At 10:30 our time (an hour before the US cash market opens), New Jobless Claims numbers were released, and showed a 25,000 drop to 329,000. The market liked that, with Globex futures rising sharply on the news, and giving the market a head of steam in the first half-hour.

At midnight, the Conference Board's Index Of Leading Indicators was released, dropping 0.1% as expected. I can't see this as the reason for the little selloff after midnight, but stranger things have happened.

Finally, at midday NY time (2 a.m. our time) came the Philadelphia Fed Survey, which like all suvey data is absolutely useless for anything except a description of history (yes, Virginia, expectations are adaptive). But everybody makes a guess (the consensus guess was 18) and the number was much higher than the guess... at 28.0. Still, the market reacted to the number with only the briefest of little spikes before moving downwards for the next hour, solidly.

Major US Indices

Last night's big mover was the Semiconductor index (again - will theynever learn) which opened with a gap up, and drove solidly upward all day. Doubtless there is some "single-issue" reason for it, but I seldom bother to investigate what drives semiconductor punters to dive into the morass.

It looks like a standard "flight to trash", with brown chips (my nickname for the pieces of hovno that pass as stocks in tech land) flying, and blue chips stagnant.

The DJIA slid 21.17 points (0.21%), closing out the day at 9865.76 points - mostly on some weakness in AIG (an insurer that is the subject of another "Spitzer" inquiry) and Caterpillar (on talk that its earnings would not be as robust as its past quarter). CAT was smacked for 4%, and AIG for over 2%. Other drags included Honeywell (down 2.4%) and SBC (down 2.95%).

The broader S&P500 gained 2.83 points (0.26%), to end the session at 1106.49.

Over at Times Square, the Nasdaq Composite advanced 20.65 points (1.07%), to close at 1953.62, while larger-cap technology issues fared better with the Nasdaq100 adding 22.53 points (1.55%), to end at 1474.79 points.

And the Semiconductor index (SOX) went screaming upwards - rising 3.97% for the session, having been up as much as 4.5% during the session.

So the indices proceeded in order of trashiness... a "flight to trash".

NYSE Volume was chunky, with 1.67 billion shares changing hands, whileNasdaq Volume was super-chunky (over 2 bill), with 2.01 billion shares traded.

Nasdaq Composite1953.6220.651.07%
NYSE Volume1.67bn--
Nasdaq Volume2.01bn--
US 30-yr yld4.77%-0.01%-0.27%

Market Breadth & Internals

On the NYSE advancing Issues exceeded decliners by 2242 to 1064 for a single-day A/D reading of 1178; Nasdaq gainers trumped losers by 1859 to 1147.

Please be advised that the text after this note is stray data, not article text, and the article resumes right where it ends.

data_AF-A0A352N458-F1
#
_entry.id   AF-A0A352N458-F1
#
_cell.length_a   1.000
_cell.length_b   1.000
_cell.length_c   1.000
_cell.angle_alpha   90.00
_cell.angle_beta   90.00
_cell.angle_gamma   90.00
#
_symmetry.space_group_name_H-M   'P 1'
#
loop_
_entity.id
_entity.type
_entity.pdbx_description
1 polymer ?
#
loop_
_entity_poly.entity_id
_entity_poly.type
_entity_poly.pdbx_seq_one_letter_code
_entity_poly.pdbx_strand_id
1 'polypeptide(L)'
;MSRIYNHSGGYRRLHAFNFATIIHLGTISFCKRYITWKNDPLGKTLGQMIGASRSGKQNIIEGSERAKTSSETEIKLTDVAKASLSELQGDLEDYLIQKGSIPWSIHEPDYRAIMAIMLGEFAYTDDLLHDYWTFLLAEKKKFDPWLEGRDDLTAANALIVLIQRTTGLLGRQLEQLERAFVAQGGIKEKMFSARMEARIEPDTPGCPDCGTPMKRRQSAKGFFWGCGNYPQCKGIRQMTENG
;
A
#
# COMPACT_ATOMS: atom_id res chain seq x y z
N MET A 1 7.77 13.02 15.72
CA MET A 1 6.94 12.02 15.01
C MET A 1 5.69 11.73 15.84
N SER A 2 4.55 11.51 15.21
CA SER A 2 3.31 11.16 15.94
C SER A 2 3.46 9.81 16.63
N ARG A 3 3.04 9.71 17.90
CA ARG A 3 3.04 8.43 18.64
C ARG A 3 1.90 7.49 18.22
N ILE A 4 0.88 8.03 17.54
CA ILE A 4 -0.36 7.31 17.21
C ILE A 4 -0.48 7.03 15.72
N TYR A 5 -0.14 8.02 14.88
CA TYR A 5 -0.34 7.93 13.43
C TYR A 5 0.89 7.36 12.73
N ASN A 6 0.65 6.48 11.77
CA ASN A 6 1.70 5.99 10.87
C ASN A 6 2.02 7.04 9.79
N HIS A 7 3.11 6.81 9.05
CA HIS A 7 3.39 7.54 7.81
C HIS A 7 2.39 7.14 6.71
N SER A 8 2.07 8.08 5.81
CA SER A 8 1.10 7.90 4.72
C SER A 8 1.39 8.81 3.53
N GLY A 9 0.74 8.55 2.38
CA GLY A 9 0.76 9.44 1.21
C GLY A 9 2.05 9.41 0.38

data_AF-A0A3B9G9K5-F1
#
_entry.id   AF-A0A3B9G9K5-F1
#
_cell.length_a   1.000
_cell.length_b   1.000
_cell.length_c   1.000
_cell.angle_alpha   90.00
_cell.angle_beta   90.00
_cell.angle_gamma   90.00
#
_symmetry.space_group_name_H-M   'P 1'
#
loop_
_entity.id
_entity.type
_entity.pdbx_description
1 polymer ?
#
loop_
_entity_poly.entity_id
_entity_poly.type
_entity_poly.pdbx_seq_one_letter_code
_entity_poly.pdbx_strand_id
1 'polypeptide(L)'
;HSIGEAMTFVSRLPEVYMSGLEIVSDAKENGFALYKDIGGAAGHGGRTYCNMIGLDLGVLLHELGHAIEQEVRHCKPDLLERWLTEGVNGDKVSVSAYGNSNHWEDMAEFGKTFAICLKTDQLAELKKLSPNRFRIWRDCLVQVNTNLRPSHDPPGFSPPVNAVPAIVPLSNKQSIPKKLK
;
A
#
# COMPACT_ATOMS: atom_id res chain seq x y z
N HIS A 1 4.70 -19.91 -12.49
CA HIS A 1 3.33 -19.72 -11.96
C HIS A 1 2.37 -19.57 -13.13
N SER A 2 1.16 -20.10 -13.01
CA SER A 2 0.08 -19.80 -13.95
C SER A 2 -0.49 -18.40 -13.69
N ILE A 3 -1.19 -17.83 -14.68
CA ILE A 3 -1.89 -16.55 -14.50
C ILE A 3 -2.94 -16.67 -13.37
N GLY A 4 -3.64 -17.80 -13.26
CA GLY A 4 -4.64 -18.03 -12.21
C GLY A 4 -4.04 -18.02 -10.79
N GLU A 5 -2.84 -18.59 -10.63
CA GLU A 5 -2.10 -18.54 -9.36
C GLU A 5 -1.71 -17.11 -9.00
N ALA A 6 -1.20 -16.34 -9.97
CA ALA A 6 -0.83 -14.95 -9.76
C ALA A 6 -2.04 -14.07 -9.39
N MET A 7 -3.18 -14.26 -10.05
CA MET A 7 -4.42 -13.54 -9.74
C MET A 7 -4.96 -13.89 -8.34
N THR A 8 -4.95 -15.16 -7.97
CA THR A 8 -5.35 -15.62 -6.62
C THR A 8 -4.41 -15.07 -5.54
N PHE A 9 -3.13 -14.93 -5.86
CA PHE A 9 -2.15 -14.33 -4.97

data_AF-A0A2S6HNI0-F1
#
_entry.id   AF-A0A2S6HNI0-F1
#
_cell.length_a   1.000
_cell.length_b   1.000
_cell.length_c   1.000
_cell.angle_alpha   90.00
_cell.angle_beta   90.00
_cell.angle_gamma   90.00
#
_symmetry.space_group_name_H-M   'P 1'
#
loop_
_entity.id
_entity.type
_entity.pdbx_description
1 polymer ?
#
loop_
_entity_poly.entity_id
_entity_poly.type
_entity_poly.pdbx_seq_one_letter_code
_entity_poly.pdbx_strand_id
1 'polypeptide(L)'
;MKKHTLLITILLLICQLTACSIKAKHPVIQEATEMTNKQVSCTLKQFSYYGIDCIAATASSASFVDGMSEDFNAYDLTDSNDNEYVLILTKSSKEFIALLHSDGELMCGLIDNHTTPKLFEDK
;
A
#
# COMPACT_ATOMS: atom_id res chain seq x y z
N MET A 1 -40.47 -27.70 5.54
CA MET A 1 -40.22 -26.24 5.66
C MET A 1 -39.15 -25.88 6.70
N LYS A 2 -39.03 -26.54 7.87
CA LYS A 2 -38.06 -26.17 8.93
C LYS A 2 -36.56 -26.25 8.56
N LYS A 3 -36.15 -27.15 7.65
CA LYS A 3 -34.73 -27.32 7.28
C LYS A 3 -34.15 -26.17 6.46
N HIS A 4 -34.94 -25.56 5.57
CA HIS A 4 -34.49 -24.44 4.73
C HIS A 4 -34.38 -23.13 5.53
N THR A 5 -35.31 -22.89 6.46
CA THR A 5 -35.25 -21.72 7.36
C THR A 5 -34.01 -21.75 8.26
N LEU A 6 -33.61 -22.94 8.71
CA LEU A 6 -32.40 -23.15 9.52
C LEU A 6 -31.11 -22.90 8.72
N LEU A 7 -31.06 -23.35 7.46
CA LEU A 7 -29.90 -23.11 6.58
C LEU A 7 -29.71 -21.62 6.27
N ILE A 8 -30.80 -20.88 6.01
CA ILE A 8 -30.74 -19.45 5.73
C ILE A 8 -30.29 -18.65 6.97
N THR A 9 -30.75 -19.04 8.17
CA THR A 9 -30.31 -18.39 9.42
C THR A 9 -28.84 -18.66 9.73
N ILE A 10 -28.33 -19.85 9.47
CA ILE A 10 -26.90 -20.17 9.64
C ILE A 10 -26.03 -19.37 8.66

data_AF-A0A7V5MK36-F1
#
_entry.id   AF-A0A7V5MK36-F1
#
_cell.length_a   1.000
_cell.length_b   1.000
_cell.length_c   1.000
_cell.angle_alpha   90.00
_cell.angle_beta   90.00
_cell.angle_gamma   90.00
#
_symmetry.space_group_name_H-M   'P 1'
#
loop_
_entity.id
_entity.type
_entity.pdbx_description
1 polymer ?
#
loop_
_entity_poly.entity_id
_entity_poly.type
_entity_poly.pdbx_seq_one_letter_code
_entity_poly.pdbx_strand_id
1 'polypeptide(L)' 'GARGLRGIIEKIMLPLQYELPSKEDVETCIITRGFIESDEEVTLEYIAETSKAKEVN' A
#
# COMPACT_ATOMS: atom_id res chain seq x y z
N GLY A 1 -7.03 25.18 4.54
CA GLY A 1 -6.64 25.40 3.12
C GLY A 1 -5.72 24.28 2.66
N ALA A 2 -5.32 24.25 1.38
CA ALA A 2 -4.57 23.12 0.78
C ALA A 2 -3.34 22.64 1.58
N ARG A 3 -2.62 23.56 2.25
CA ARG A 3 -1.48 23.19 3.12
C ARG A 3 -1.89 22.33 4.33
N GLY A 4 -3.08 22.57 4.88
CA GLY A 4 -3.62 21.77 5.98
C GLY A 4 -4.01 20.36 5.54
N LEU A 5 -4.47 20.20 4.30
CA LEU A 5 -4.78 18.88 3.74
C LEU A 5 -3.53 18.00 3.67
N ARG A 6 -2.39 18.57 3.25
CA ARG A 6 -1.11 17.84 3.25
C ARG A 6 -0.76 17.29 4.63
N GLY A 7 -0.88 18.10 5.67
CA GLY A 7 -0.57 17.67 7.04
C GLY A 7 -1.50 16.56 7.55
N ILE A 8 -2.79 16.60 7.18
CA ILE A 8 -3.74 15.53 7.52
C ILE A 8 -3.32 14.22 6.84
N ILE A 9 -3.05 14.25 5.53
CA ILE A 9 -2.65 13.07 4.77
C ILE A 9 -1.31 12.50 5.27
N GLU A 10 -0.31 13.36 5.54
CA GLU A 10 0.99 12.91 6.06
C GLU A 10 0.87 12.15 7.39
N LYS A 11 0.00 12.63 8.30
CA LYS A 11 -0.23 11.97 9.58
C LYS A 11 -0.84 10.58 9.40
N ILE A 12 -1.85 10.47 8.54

NYSE advancing volume exceeded volume in decliners by 1083.07 to 576.66 million shares; Nasdaq advancing volume was greater than volume in decliners by 767.53 to 292.65 million shares.

94 NYSE-listed stocks rose to new 52-week highs, and 29 posted fresh 52-week lows, while on the Nasdaq there were 87 stocks that hit new 52-week highs, and 48 which fell to fresh 52-week lows

Advancing Volume (m)1083.07767.53
Declining Volume (m)576.66292.65
New Highs9487
New Lows2948

Market Sentiment

Another huge day for call purchases - no guesses for which stocks were the most active in call options trade (hint: their sector starts with "semi" and ends with "conductor", athough calls on internet stocks were also heavily bought thanks to eBay's earnings report). Put buying was up too - still annoyingly high for my liking.

Equity Call Volume2.72m0.32m13.52%
Equity Put Volume2.01m0.04m2.21%
CBOE Volatility Index14.54-0.31-2.09%
CBOE Nasdaq Volatility Index20.36-0.29-1.4%
Equity Put-Call Ratio0.74-0.08-9.97%
SPX-VIX Ratio76.11.77922.39%


Bonds fell everywhere except at the very end of the duration spectrum, with the yield on the benchmark US 30-yr bond shedding 1.3 basispoints to 4.768% while the rest of the yield curve rose (i.e., bond price fell).

The 30-year T-bond future is currently trading at 114 &1/32 and is well worth selling at this level (or buying puts over it or over the TLT - the Lehman Brothers 20-year Treausry iShare.. my preference would be to sell futures, but buying an $89 TLT November put should also do nicely; its code is TLT WK and: last traded at $85 and were $65 bid-$90 ask: if it was me I would bid $70 tomorrow unless stocks look really weak).